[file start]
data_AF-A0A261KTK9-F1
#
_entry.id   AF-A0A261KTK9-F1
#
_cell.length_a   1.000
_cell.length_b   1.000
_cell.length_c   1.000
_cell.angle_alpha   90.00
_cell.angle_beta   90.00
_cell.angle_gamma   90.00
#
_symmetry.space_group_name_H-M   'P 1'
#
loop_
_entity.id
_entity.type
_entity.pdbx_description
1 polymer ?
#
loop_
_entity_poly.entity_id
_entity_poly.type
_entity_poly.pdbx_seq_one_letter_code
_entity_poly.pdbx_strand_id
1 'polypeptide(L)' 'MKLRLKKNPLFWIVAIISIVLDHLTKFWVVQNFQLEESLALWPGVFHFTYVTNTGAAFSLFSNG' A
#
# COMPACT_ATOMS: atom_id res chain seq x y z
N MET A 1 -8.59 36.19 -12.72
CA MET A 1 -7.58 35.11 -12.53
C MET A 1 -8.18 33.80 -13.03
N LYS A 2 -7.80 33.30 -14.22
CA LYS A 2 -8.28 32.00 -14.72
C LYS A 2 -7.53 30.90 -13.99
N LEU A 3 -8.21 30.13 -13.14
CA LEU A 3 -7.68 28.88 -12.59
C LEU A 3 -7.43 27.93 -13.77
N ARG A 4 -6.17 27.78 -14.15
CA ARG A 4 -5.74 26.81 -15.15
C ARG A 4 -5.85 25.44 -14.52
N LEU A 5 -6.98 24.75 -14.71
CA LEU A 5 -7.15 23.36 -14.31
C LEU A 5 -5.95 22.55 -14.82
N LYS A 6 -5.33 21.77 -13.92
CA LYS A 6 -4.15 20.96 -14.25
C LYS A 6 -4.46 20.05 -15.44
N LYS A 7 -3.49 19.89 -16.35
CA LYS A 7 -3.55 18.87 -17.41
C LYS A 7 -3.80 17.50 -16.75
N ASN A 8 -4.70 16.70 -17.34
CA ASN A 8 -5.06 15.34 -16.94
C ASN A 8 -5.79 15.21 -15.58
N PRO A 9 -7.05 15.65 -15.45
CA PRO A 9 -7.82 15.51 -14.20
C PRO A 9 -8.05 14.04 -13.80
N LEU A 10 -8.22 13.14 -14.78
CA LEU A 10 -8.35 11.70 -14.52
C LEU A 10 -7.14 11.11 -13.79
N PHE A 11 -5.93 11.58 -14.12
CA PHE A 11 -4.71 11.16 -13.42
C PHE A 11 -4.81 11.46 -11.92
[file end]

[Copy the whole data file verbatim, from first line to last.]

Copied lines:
data_AF-A0A261KTK9-F1
#
_entry.id   AF-A0A261KTK9-F1
#
_cell.length_a   1.000
_cell.length_b   1.000
_cell.length_c   1.000
_cell.angle_alpha   90.00
_cell.angle_beta   90.00
_cell.angle_gamma   90.00
#
_symmetry.space_group_name_H-M   'P 1'
#
loop_
_entity.id
_entity.type
_entity.pdbx_description
1 polymer ?
#
loop_
_entity_poly.entity_id
_entity_poly.type
_entity_poly.pdbx_seq_one_letter_code
_entity_poly.pdbx_strand_id
1 'polypeptide(L)' 'MKLRLKKNPLFWIVAIISIVLDHLTKFWVVQNFQLEESLALWPGVFHFTYVTNTGAAFSLFSNG' A
#
# COMPACT_ATOMS: atom_id res chain seq x y z
N MET A 1 -8.59 36.19 -12.72
CA MET A 1 -7.58 35.11 -12.53
C MET A 1 -8.18 33.80 -13.03
N LYS A 2 -7.80 33.30 -14.22
CA LYS A 2 -8.28 32.00 -14.72
C LYS A 2 -7.53 30.90 -13.99
N LEU A 3 -8.21 30.13 -13.14
CA LEU A 3 -7.68 28.88 -12.59
C LEU A 3 -7.43 27.93 -13.77
N ARG A 4 -6.17 27.78 -14.15
CA ARG A 4 -5.74 26.81 -15.15
C ARG A 4 -5.85 25.44 -14.52
N LEU A 5 -6.98 24.75 -14.71
CA LEU A 5 -7.15 23.36 -14.31
C LEU A 5 -5.95 22.55 -14.82
N LYS A 6 -5.33 21.77 -13.92
CA LYS A 6 -4.15 20.96 -14.25
C LYS A 6 -4.46 20.05 -15.44
N LYS A 7 -3.49 19.89 -16.35
CA LYS A 7 -3.55 18.87 -17.41
C LYS A 7 -3.80 17.50 -16.75
N ASN A 8 -4.70 16.70 -17.34
CA ASN A 8 -5.06 15.34 -16.94
C ASN A 8 -5.79 15.21 -15.58
N PRO A 9 -7.05 15.65 -15.45
CA PRO A 9 -7.82 15.51 -14.20
C PRO A 9 -8.05 14.04 -13.80
N LEU A 10 -8.22 13.14 -14.78
CA LEU A 10 -8.35 11.70 -14.52
C LEU A 10 -7.14 11.11 -13.79
N PHE A 11 -5.93 11.58 -14.12
CA PHE A 11 -4.71 11.16 -13.42
C PHE A 11 -4.81 11.46 -11.92